According to the invention, the wedge or waveshaped grooves 21 can be designed to provide a known law of regularly recurrent variation in the intensity of the X-ray beams which reach the test article 28. For example, the notches 21 can be shaped to impart a sine wave variation in the intensity of the X-ray beam.
It will be apparent that the frequency of the alternating component imparted to the X-ray beam is determined by the speed of rotation of the disc 26. If desired, this may be a frequency which is well removed from any disturbing frequencies. For example, if a frequency of 25 cycles is imparted to the X-ray beam alternating component, the equipment may be used quite close to powerful cycle sources without introducing disturbances. In this event, of course, the amplifier 20 will be designed to have a band pass characteristic between 20 and 30 cycles and, if desired, with a rejection filter for the 60 cycles.
While certain specific embodiments have been disclosed herein, various changes and modifications may be made without departing from the spirit and scope of the invention.
What I claim is:
1. Apparatus for the testing of material by the measurement of X-ray penetrating the material including, in combination, a sourc of an X-ray beam, means for interposing the material to be tested in the path of said beam, an X-ray detector in the path of said beam beyond said material from said source producing electric signals varying in amplitude with variations in amplitudes of the impinging X-ray, a continuously moving X-ray interceptor in the X-ray beam between said source and said detector having regularly and smoothly recurrent variations of absorption power, a highly selective alternating current amplifier tuned to have a very narrow bandpass corresponding to the frequency of said regularly recurrent amplitude variations receivin the signals from said detector as input, and a quantitatively cali ed meter for measuring the output of said amplifier.
2. Apparatus 1or the testing of material by the measurement of X-ray penetrating the material including, in combination, a source of an X-ray beam, means for interposing the material to be tested in the path of said beam, an X-ray detector in the path of said beam beyond said material from said source producing electric signals varying in amplitude with variations in amplitude of the impinging X-ray, a continuously rotating disc having an imperforate, wave-shaped surface interposed in the X-ray beam between said source and said detector, a highly selective alternating current amplifier tuned to have a very narrow band-pass corresponding to a frequency with which successive wave crests on said disc pass a fixed point receiving the signals from said detector as input, and a quantitatively calibrated meter for measuring the output of said amplifier.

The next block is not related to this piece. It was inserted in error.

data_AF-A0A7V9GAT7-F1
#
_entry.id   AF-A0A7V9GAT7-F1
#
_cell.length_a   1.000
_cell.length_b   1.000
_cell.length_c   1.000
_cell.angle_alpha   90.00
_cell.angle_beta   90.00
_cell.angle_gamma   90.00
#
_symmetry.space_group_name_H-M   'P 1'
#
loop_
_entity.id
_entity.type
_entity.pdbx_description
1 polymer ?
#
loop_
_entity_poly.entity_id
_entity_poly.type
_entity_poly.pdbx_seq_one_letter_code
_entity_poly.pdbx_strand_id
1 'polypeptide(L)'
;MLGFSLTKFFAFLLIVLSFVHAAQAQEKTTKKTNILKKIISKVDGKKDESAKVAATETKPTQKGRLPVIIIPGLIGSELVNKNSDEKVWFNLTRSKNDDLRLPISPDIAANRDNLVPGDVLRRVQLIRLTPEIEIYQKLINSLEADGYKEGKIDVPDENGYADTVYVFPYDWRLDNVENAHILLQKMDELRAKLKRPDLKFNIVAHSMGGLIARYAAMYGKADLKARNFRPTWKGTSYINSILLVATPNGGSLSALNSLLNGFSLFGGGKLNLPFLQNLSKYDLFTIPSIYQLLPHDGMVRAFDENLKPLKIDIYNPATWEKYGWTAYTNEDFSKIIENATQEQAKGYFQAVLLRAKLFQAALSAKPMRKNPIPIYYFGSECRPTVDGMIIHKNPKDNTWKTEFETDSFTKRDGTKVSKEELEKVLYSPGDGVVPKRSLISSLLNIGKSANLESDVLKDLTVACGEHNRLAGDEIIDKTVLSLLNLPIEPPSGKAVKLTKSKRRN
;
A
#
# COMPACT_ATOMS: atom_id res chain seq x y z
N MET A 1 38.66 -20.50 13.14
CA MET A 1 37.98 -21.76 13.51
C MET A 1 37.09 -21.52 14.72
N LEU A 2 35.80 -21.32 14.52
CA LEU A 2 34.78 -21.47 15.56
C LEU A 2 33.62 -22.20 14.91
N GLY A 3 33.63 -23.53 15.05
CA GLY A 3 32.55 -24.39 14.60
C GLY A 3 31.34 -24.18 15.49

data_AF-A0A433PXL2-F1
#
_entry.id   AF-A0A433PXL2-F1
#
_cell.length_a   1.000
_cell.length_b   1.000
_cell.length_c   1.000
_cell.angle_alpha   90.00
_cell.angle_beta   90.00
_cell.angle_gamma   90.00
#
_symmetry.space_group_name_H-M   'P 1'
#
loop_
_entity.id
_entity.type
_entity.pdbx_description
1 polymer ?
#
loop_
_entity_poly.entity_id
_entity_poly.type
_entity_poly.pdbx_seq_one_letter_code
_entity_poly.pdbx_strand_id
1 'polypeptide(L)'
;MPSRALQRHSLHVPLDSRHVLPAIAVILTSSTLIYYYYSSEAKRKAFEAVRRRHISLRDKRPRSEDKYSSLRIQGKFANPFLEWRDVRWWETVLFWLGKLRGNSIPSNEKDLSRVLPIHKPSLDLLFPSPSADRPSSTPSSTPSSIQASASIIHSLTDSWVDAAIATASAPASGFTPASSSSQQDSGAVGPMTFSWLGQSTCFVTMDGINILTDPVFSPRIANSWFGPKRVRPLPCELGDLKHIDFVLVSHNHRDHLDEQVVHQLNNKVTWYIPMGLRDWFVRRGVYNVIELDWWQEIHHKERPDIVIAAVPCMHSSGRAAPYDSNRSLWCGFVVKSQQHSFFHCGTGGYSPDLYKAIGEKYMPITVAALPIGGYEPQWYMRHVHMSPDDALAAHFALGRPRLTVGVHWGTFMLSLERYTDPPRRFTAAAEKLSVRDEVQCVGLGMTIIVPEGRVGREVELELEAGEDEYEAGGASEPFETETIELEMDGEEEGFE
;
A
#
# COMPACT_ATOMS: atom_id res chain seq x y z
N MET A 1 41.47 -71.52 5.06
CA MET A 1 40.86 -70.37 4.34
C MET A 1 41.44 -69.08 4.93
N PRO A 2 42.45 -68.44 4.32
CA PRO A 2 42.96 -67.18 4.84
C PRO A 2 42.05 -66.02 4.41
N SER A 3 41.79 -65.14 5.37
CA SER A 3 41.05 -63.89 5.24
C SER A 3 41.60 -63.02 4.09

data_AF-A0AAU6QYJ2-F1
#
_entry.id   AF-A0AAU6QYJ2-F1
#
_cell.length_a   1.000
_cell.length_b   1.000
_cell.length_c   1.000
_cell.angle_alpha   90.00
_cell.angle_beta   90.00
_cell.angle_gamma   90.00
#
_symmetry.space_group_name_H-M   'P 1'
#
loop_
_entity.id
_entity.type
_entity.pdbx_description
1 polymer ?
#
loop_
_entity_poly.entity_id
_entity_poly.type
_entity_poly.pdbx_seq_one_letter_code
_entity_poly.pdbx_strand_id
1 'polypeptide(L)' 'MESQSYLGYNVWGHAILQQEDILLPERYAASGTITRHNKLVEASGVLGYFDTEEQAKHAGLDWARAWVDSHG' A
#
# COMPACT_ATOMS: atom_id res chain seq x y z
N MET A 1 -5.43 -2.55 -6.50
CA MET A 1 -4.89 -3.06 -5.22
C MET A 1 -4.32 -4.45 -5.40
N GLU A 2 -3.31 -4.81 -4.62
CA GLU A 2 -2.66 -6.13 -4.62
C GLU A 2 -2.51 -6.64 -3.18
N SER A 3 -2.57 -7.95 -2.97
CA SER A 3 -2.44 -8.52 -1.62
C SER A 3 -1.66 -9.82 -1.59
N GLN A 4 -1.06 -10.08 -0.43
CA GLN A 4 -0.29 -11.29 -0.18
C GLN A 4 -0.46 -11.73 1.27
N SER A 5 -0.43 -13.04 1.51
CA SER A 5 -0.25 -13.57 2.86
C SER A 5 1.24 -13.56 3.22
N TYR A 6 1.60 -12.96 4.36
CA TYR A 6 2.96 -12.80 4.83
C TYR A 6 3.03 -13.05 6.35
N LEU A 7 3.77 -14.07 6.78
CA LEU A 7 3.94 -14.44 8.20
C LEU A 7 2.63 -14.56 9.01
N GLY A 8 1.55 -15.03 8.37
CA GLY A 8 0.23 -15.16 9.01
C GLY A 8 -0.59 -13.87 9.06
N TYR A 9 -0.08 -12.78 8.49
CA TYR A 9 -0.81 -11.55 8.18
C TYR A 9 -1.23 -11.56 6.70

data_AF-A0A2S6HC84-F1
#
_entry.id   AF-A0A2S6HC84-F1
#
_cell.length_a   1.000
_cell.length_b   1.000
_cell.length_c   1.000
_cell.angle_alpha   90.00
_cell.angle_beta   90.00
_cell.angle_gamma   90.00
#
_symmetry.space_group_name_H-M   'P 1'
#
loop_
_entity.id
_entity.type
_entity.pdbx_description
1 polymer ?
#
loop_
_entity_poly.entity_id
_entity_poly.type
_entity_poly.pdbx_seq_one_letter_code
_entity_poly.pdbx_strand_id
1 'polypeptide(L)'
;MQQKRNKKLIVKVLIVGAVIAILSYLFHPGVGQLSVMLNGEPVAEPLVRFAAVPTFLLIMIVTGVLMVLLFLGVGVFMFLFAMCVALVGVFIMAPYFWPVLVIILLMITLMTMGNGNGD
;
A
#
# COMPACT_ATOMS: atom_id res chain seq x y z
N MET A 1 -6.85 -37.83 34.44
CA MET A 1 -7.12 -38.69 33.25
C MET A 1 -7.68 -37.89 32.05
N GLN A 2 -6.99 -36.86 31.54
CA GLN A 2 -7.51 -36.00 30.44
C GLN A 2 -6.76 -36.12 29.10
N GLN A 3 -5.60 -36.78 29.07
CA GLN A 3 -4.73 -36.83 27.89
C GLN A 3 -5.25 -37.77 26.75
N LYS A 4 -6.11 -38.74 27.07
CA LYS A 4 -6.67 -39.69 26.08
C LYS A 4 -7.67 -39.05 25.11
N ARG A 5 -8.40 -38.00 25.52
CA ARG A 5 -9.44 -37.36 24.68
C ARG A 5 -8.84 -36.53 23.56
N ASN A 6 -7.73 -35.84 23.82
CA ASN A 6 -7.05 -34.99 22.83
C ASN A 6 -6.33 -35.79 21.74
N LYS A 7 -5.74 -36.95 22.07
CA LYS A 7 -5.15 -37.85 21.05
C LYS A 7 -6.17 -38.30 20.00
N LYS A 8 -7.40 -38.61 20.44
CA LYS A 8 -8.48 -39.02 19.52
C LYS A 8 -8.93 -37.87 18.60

3. The method of impressing regularly recurrent variations on a beam of X-ray which ineludes the step of moving across the beam a variable thickness X-ray interceptor having an imperforate surface and a thickness varying ac cording to a predetermined Wave shape.
REFERENCES CITED The following references are of record in the file of this patent:
UNITED STATES PATENTS Number Name Date 1,781,799 Baird Nov. 18, 1930 2,368,532 Fearon Jan. 30, 1935 2,092,814 Schafiernicht Sept. 14, 1937 2,094,318 Faillo Sept. 28, 1937 2,124,600 Worrall July 26, 1938 2,198,479 Langmuir Apr. 23, 1940 2,235,268 Victoreen Mar. 18, 1941 2,237,193 Mobsby Apr. 1, 1941 2,301,251 Capen Nov. 10, 1942 2,332,391 McLachlan Oct. 19, 1943 2,361,274 Cravath Oct. 24, 1944 2,361,389 Fearon Oct. 31, 1944 2,386,785 Friedman Oct. 16, 1945 2,401,288 Morgan et a1 May 28, 1946
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|Citing Patent||Filing date||Publication date||Applicant||Title|
|US3049621 *||9 Apr 1958||14 Aug 1962||Industrial Nucleonics Corp||Energy modulation|
|U.S. Classification||378/2, 378/145, 378/91|
|International Classification||G01N23/08, G01B15/02|
|Cooperative Classification||G01N23/083, G01B15/025|
|European Classification||G01N23/083, G01B15/02B|